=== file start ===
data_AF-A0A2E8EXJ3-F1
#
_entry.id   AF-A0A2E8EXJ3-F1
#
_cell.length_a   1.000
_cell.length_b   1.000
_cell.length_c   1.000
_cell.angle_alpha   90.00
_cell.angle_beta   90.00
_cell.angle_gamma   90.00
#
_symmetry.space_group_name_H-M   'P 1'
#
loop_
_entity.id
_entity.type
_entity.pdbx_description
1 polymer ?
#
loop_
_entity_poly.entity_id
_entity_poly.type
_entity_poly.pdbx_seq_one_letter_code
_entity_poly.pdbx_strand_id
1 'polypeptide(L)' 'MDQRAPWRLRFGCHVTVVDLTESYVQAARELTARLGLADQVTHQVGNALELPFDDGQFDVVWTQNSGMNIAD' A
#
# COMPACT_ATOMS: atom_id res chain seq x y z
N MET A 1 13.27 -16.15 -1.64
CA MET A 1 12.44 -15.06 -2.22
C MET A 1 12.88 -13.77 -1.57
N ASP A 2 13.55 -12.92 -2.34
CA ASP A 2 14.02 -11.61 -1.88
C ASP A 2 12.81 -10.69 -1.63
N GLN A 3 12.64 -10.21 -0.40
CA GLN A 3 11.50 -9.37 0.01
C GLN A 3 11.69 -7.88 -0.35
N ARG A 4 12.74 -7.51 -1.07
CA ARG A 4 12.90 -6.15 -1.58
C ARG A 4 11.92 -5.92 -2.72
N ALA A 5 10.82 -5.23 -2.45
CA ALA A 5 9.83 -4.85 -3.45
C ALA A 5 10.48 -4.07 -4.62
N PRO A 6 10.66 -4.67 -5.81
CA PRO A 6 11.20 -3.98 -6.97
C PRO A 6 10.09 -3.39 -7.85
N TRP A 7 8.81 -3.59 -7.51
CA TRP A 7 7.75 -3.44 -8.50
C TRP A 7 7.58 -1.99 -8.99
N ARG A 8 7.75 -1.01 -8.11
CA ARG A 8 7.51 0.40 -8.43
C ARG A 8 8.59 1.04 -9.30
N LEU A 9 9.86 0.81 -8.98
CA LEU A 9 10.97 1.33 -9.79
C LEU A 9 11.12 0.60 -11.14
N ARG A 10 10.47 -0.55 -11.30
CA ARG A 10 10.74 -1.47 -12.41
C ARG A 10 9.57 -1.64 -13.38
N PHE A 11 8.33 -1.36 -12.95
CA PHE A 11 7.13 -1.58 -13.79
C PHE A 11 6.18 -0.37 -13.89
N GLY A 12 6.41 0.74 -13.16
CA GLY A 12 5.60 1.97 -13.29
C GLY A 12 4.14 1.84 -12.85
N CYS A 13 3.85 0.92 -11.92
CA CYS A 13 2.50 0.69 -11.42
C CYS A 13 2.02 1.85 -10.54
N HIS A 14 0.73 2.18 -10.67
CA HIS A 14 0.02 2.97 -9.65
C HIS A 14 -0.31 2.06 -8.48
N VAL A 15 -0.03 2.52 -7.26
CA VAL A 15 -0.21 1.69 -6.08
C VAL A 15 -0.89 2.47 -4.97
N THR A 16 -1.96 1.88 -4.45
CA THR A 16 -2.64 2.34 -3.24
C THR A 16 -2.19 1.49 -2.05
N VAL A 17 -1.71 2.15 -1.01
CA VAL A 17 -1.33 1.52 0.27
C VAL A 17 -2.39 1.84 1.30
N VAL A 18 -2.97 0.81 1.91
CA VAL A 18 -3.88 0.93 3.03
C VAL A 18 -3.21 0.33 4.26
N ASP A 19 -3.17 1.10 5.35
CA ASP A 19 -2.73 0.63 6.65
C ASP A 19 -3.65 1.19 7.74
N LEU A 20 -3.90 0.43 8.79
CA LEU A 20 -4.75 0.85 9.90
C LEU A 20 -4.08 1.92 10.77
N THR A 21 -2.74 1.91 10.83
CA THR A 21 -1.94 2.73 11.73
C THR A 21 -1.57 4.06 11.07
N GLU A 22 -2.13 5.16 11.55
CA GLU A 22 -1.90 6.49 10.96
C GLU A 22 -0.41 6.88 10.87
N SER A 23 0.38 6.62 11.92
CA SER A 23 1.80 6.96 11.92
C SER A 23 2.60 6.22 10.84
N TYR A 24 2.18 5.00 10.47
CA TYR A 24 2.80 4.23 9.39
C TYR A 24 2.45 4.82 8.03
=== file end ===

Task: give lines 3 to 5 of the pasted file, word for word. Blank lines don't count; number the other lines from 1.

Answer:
_entry.id   AF-A0A2E8EXJ3-F1
#
_cell.length_a   1.000